The Coconut palm', is a member of the family Arecaceae. It is the only accepted species in the genus Cocos.
One of the earliest mentions of the coconut dates back to the One Thousand and One Nights story of Sinbad the Sailor; he is known to have bought and sold coconuts during his fifth voyage. Tenga, its Malayalam name, was used in the detailed description of coconut found in Itinerario by Ludovico di Varthema published in 1510 and also in the later Hortus Indicus Malabaricus. Even earlier, it was called nux indica, a name used by Marco Polo in 1280 while in Sumatra, taken from the Arabs who called it جوز هندي jawz hindī. Both names translate to "Indian nut". In the earliest description of the coconut palm known, given by Cosmos of Alexandria in his Topographia Christiana written about 545 AD, there is a reference to the argell tree and its drupe.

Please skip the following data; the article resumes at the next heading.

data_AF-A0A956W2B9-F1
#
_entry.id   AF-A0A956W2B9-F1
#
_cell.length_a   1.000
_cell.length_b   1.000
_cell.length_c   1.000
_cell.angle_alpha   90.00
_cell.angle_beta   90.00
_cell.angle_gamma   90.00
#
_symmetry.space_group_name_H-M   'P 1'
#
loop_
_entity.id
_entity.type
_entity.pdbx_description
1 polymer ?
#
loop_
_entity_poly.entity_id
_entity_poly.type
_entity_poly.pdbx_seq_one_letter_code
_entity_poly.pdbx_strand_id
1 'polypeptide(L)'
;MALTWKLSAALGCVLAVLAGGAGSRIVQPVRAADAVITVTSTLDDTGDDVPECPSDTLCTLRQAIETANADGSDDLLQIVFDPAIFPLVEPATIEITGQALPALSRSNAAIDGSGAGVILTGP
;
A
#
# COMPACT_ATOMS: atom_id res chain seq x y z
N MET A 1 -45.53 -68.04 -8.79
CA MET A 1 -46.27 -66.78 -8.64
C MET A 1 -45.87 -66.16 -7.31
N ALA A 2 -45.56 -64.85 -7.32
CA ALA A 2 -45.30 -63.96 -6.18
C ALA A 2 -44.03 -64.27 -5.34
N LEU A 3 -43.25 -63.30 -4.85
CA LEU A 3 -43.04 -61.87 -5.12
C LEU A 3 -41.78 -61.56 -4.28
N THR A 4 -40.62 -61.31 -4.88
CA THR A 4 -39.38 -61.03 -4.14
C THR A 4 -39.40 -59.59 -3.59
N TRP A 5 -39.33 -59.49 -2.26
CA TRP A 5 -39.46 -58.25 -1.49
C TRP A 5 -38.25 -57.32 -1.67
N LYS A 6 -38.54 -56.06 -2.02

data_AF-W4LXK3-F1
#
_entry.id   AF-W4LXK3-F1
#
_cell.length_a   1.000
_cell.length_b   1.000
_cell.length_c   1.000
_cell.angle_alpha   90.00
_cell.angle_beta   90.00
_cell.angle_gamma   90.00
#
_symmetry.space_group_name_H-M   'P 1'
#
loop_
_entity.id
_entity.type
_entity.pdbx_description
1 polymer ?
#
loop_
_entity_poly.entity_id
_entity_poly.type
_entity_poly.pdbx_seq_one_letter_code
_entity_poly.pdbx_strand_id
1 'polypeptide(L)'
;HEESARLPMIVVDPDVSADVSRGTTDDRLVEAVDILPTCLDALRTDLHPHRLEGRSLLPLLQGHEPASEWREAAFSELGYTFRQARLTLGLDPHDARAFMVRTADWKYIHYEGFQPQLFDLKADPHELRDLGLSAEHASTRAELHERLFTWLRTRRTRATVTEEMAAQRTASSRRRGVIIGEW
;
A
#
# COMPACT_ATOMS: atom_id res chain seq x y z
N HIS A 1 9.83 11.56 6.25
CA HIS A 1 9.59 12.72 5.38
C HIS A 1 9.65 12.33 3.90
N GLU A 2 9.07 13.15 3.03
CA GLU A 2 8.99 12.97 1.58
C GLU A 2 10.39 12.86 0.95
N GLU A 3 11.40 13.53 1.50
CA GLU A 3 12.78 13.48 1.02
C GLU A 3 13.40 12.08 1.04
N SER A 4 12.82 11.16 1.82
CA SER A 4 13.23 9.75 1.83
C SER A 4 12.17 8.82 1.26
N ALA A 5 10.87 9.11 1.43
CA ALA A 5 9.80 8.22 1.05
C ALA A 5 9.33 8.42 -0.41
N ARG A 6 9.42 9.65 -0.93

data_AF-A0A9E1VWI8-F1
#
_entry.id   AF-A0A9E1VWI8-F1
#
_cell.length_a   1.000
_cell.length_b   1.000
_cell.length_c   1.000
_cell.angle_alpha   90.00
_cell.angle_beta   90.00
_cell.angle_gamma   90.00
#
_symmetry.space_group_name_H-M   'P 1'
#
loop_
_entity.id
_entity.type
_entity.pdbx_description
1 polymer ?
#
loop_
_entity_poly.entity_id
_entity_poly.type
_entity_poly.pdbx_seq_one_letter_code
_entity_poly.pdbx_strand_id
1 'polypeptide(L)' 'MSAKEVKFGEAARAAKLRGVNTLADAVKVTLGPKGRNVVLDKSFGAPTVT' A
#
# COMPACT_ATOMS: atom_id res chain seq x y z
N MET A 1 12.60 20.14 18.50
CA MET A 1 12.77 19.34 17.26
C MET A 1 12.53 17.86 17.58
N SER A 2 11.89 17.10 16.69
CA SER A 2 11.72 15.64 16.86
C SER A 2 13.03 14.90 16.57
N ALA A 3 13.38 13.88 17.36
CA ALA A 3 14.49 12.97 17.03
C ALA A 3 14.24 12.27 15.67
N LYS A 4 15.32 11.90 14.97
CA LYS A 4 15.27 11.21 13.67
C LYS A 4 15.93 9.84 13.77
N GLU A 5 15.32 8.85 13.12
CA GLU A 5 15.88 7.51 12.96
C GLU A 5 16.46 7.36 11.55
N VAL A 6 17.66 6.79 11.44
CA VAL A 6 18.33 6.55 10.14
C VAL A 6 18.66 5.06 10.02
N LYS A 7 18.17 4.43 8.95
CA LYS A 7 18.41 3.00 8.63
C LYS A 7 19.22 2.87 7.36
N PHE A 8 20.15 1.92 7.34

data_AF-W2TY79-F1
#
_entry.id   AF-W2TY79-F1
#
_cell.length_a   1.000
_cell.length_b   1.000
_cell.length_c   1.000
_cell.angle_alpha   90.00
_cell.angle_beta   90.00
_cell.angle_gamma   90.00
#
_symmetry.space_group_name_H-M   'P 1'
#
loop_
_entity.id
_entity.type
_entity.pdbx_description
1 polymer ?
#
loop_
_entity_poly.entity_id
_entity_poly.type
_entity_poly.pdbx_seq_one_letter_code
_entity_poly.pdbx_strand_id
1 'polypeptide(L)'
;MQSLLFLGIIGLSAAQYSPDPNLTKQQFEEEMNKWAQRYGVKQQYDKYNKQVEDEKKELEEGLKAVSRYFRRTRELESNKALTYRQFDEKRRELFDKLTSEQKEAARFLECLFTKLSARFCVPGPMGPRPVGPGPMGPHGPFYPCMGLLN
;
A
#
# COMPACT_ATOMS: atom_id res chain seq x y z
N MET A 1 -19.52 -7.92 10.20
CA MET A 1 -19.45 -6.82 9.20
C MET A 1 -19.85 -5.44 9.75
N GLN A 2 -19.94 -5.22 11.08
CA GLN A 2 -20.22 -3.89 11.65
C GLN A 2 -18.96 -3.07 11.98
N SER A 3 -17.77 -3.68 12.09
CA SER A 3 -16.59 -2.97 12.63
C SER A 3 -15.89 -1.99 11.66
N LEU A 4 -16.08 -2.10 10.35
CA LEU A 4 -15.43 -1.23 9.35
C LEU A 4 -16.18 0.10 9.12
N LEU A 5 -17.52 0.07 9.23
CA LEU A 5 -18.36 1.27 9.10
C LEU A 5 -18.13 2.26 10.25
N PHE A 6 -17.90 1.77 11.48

Historical evidence favors the European origin of the name "coconut", for no name is similar in any of the languages of India, where the Portuguese first found the fruit; and indeed Barbosa, Barros, and Garcia, in mentioning the Malayalam name tenga, and Canarese narle, expressly say, "we call these fruits quoquos", "our people have given it the name of coco", and "that which we call coco, and the Malabars temga".
The OED states: "Portuguese and Spanish authors of the 16th c. agree in identifying the word with Portuguese and Spanish coco "grinning face, grin, grimace", also "bugbear, scarecrow", cognate with cocar "to grin, make a grimace"; the name being said to refer to the face-like appearance of the base of the shell, with its three holes. According to Losada, the name came from Portuguese explorers, the sailors of Vasco da Gama in India, who first brought them to Europe. The coconut shell reminded them of a ghost or witch in Portuguese folklore called coco (also côca). The first known recorded usage of the term is 1555.